Take the 2-minute tour ×
Stack Overflow is a question and answer site for professional and enthusiast programmers. It's 100% free, no registration required.

I am having a db with a collections cA, cB and cC. I need to update the db each 5 minutes in a transactional way (cB is a n-m relation of cA and cC). Since it does not seem to be easy to emulate transactions with mongo, I though I could create snapshots (db.cA.copyTo("cA_snapshot")) of cA, cB and cC before starting the upload process and flip the reading queries on the snapshot while doing the inserts. Unfortunately, the collections size sum up to more than 8Gb and doing the collection.copyTo seems to take way too long.

So, is there a way to achieve this using journaling? Let's say I take the cost to create the snapshot of the collections once at startup. Afterwhile, could I replay the journaling items of cA on cA_snapshot manually?

thanks

share|improve this question
    
MongoDB has no notion of snapshots. –  Andreas Jung Jan 4 '13 at 18:29
    
by snapshot, I mean copying a collection : db.cA.copyTo("cA_snapshot") –  Frederic Tardif Jan 4 '13 at 18:32
    
Sounds like you want a RDBMS. You can do a snapshot query of the collections which could be saved while the process is done: docs.mongodb.org/manual/reference/method/cursor.snapshot/… but this won't work with sharding other than that all I can recommend is to not upload 8GB of data regularly. –  Sammaye Jan 4 '13 at 18:35
    
once the initial upload of 8GB is done, the further delta updates will typically be pretty limited. That is why I wanted to explore the idea to apply the journaling items of a collection over its "snapshot" version. This would typically be pretty fast compare to copying again the entire collection. I could then always have a readonly collection for the reading queries while saving in "write-only" collections without needing to care about transactions. –  Frederic Tardif Jan 4 '13 at 18:45
    
Use RDBMS when transactions are a must. MongoDB does not fit for everything. –  Andreas Jung Jan 4 '13 at 19:07

1 Answer 1

If you're willing to lock all updates to all three collections while you're updating the "join table", you could implement this with application-level locking.

Short version: you create a 'locks' collection. Every client must acquire a "write lock" before updating any one of the three collections cA, cB, or cC. It does so by updating a document in the 'locks' collection. When you're ready to perform your batch update, you acquire the "write lock", perform the update, and release the lock.

Here is some simple example code that implements locking. Note that there are several limitations to this code:

  • There is no deadlock detection or prevention
  • There is no lock timeout
  • Attempting to re-lock a locked resource will always fail, even if the lock was previously acquired successfully

Fixing these limitations is left as an exercise for the reader.

XDB = db.mylocks;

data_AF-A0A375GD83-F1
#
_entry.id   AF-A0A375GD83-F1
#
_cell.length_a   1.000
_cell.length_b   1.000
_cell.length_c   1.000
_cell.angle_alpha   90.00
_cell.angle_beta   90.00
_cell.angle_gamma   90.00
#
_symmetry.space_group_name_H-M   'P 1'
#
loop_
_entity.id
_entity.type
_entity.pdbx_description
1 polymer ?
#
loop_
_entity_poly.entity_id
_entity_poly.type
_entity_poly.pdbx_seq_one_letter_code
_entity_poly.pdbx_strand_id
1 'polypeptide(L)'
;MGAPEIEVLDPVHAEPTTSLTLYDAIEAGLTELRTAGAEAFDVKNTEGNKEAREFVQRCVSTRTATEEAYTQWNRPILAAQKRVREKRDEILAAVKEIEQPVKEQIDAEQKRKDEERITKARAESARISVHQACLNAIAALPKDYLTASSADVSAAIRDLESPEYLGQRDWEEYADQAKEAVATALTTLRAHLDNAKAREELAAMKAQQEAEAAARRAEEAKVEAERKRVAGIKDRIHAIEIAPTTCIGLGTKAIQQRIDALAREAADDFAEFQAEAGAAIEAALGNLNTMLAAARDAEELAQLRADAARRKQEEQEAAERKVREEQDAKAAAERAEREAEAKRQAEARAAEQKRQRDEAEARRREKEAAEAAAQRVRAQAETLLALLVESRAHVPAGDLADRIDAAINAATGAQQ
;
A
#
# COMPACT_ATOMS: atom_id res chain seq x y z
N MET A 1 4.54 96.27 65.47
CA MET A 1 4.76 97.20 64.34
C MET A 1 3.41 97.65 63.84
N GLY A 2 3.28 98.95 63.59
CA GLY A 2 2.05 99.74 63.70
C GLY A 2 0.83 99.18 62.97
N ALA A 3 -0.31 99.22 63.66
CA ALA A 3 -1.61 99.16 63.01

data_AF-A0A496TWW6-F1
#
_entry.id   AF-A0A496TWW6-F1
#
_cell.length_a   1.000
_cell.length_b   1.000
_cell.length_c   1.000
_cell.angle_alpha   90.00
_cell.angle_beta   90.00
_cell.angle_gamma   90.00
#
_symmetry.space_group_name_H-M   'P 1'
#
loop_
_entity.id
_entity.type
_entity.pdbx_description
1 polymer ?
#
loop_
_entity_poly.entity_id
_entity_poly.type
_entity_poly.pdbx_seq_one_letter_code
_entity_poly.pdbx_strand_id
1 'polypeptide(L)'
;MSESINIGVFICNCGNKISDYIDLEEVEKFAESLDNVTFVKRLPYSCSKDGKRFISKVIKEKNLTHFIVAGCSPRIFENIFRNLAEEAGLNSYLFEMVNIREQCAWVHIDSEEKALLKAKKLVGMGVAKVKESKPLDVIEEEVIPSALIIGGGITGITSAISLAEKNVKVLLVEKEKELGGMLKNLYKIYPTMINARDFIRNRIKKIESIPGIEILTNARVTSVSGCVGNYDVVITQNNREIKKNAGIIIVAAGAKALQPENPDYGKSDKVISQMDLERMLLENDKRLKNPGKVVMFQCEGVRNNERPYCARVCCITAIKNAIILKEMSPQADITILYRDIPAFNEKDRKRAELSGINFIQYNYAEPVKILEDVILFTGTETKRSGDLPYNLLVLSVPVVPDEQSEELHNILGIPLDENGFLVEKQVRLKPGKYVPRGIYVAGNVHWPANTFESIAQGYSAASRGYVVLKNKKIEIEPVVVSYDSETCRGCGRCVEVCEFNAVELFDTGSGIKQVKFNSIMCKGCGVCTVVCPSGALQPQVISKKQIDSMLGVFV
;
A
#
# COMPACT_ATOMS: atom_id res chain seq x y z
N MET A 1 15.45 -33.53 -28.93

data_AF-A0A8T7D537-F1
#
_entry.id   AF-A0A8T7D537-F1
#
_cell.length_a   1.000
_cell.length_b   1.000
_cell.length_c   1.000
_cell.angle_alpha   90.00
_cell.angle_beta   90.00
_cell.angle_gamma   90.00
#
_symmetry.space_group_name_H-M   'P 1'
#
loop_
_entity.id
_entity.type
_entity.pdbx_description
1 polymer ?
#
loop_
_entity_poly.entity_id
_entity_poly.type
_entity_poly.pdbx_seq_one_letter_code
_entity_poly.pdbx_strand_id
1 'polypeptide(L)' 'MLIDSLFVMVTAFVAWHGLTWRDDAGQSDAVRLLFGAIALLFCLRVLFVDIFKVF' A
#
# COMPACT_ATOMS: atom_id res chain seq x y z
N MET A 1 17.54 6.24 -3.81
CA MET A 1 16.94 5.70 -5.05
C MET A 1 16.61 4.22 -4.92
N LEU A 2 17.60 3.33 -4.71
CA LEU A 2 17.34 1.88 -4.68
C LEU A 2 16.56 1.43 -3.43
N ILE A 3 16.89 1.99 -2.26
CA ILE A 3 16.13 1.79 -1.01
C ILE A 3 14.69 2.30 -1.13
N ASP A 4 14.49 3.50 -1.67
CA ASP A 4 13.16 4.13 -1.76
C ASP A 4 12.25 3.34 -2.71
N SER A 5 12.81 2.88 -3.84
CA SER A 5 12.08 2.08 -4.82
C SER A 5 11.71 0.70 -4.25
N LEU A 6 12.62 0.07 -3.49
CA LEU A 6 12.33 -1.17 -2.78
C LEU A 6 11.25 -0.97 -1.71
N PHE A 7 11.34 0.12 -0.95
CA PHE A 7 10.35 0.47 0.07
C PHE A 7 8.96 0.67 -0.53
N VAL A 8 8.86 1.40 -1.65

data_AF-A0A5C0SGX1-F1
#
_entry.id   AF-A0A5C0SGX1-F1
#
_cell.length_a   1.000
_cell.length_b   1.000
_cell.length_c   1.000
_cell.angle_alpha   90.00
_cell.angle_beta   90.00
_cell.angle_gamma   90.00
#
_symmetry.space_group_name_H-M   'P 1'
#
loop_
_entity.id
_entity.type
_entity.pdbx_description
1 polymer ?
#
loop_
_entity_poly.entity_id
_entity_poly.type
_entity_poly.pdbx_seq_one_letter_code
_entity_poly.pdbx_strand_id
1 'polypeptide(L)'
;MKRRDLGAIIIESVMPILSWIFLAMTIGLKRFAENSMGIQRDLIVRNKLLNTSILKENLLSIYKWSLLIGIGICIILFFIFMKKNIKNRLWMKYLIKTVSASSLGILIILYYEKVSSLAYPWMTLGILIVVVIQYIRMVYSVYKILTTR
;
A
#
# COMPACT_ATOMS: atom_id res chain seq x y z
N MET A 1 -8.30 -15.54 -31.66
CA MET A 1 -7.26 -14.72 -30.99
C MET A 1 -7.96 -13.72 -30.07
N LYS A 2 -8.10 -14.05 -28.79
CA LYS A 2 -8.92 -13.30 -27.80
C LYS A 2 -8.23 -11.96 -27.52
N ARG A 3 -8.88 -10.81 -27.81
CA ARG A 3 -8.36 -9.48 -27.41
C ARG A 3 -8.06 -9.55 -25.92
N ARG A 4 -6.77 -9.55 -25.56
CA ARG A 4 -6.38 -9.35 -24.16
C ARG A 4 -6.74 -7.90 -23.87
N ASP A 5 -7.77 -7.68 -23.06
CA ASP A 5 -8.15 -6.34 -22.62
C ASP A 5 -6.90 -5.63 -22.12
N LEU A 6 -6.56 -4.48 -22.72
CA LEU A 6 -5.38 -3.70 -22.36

/*
 * Set up the locking collection
 */
function setup_locking( res_name ) {
    var doc = { _id: res_name, state: "UNLOCKED", locker: null }; 
    // upsert to create document if it does not exist
    XDB.update( {id: res_name}, doc, true ); 
}

/*
 * Lock the resource named 'res_name' by process named 'proc' 
 *
 * Returns 'true' if resource was acquired, 'false' if it was not acquired
 */
function lockit( res_name, proc ) {
    /*
     * 1) Change state to LOCKED if & only if it was previously UNLOCKED
     */
    ret = XDB.findAndModify( {
            query: { _id:res_name, state:"UNLOCKED" } , 
            update: {"$set": { state:"LOCKED", locker: proc } },
            fields: { state:1, locker:1 },
            new: true
            }
        );
    /*
     * Return 'true' if this process acquired this resource
     */
    if ( ret && (ret.state == "LOCKED") && (ret.locker == proc) )return true;

    /*
     * 2) Failed to acquire this resource
     */
    return false;
}

/*
 *  Unlock the resource named 'res_name' previously held by 'proc'
 */
function unlockit( res_name, proc ) {
    // Unlock resource if this process had previously acquired it
    XDB.findAndModify( {
        query: { _id:res_name, locker: proc, state:"LOCKED" } , 
        update: {"$set": { state:"UNLOCKED", locker: null } },
        }
    );
}

/*
 * Check to see if resource 'res_name' is currently held by 'proc'
 */
function has_lock( res_name, proc ) {
    res = XDB.findOne({_id: res_name, locker:proc} );
    if (res == null) return false;
    return true;
}

XDB.drop();
setup_locking('collectionA');

result = lockit( 'collectionA', 'app1');
print("1: result =", result);

result = lockit( 'collectionA', 'app2');
print("2: result =", result);

result = lockit( 'collectionA', 'app1');
print("3a: result =", result);
result = has_lock( 'collectionA', 'app1');
print("3b: result =", result);
result = has_lock( 'collectionA', 'app2');
print("3c: result =", result);

unlockit( 'collectionA', 'app1');

result = lockit( 'collectionA', 'app2');
print("4: result =", result);
share|improve this answer

Your Answer

 
discard

By posting your answer, you agree to the privacy policy and terms of service.

Not the answer you're looking for? Browse other questions tagged or ask your own question.